Anxiety, Depression, Health, SAHM, Self-Help

Personal Madness

“But I don’t want to go among mad people,” Alice remarked.
“Oh, you can’t help that,” said the Cat: “we’re all mad here. I’m mad. You’re mad.”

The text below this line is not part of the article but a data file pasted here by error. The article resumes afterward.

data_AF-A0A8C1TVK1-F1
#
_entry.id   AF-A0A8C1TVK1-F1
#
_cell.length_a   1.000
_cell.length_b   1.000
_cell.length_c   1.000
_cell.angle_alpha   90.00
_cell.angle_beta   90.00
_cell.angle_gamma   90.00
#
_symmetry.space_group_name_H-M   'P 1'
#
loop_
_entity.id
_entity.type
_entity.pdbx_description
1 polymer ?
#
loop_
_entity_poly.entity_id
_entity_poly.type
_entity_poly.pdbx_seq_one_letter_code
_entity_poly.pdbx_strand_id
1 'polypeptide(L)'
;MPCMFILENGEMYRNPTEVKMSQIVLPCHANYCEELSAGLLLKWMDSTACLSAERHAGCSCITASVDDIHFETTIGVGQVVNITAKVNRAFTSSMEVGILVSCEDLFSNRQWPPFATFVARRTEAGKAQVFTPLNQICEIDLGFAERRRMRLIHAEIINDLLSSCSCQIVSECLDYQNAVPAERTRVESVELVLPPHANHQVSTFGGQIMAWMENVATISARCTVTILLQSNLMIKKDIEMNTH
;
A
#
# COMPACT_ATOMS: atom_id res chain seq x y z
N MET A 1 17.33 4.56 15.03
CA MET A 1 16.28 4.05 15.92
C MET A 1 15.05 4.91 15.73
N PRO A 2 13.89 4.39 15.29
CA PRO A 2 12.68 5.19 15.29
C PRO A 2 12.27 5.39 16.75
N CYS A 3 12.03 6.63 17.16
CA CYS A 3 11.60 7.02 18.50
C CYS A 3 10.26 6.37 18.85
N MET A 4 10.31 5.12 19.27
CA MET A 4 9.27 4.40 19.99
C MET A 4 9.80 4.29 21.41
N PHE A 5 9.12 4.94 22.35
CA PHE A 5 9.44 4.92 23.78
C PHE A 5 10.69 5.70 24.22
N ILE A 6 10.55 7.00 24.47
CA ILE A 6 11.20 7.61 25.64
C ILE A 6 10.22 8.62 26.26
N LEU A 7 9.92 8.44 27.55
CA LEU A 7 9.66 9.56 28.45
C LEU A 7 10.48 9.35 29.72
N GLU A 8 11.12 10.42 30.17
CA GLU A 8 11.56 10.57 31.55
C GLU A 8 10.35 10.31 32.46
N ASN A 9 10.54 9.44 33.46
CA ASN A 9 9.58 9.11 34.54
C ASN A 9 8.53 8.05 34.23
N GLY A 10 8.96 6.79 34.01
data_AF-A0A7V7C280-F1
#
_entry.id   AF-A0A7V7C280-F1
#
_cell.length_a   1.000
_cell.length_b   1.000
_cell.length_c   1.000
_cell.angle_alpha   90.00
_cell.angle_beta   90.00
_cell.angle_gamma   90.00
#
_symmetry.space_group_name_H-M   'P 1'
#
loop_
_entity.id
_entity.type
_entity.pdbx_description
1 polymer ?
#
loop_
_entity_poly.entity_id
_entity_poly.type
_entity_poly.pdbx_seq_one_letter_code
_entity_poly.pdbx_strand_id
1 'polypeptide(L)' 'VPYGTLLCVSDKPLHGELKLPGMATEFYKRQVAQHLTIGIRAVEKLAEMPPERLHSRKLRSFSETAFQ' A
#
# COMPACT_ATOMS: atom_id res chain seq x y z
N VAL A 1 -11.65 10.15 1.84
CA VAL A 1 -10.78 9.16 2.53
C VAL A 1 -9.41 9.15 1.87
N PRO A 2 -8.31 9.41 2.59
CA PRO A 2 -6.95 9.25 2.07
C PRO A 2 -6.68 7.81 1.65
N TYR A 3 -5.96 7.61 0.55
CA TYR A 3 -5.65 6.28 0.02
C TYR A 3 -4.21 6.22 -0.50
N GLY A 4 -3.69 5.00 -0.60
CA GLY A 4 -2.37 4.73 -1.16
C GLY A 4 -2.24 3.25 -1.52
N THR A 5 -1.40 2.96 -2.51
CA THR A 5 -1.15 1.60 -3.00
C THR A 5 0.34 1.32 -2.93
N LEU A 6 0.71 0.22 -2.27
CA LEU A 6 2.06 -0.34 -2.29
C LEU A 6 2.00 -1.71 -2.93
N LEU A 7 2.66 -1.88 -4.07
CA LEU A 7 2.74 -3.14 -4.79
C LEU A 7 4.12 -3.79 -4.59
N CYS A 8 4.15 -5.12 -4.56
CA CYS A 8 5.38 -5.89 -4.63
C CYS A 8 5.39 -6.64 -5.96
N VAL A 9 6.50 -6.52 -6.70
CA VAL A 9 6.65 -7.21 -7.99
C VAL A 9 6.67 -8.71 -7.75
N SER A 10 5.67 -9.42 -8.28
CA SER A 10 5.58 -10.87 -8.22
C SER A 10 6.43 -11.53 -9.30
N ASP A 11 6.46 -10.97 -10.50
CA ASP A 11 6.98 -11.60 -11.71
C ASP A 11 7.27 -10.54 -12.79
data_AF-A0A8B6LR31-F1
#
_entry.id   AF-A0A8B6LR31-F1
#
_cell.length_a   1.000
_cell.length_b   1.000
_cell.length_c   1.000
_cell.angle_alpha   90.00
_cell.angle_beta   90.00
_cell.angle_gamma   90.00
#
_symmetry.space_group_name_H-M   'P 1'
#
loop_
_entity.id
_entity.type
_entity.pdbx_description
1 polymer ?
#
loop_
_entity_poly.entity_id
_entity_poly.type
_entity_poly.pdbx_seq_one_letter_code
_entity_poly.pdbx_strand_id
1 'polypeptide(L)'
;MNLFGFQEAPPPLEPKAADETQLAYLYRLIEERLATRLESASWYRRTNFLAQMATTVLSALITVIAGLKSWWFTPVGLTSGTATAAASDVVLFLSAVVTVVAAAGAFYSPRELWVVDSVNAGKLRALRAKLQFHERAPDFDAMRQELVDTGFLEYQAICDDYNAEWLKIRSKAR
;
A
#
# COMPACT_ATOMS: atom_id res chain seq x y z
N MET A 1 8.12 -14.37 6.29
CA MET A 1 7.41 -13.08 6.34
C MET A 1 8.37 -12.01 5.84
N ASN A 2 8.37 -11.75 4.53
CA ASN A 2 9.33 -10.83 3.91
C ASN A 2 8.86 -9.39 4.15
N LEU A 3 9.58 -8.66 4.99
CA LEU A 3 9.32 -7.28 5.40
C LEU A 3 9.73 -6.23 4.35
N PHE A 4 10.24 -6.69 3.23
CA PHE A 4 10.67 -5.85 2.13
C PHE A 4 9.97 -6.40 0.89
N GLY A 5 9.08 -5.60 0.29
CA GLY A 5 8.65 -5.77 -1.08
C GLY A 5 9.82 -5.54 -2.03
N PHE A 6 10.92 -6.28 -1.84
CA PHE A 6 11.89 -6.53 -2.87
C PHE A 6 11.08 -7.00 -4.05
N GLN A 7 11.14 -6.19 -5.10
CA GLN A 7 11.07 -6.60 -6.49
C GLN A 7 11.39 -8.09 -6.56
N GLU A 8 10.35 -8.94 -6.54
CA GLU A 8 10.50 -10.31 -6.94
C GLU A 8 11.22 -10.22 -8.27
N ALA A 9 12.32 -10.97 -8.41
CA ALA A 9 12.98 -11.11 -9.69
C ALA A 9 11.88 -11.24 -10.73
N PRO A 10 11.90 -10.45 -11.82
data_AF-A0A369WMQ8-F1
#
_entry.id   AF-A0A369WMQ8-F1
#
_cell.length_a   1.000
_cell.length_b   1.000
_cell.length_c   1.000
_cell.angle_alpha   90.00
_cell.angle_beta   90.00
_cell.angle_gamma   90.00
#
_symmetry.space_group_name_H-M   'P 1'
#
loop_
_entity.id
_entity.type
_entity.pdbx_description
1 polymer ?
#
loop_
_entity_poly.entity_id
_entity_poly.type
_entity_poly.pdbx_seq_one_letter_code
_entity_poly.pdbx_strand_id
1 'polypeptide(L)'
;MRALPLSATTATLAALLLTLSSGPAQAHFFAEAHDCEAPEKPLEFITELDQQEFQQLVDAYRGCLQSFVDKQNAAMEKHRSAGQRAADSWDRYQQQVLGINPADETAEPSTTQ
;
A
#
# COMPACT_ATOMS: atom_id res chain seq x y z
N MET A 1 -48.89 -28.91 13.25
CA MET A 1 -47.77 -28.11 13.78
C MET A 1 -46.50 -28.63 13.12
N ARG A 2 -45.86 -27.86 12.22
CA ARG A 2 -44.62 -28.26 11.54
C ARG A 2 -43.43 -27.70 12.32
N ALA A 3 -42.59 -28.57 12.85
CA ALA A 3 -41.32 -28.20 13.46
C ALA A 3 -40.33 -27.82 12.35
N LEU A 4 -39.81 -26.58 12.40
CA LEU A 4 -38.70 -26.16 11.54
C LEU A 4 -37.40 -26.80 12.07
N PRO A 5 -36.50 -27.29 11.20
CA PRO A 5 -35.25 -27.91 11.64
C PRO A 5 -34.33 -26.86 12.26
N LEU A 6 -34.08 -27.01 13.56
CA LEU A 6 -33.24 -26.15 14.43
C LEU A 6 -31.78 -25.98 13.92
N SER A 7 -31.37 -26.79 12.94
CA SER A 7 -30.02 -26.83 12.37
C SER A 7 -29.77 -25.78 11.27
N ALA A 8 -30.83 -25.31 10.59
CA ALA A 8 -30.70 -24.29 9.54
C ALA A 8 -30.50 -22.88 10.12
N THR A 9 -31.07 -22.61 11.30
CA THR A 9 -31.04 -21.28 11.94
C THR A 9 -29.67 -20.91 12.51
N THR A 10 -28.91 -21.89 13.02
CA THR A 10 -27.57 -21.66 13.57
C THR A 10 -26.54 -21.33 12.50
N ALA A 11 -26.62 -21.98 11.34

“How do you know I’m mad?” said Alice.
“You must be,” said the Cat, “or you wouldn’t have come here.”
― Lewis Carroll, Alice in Wonderland


Image from Sir John Tenniel.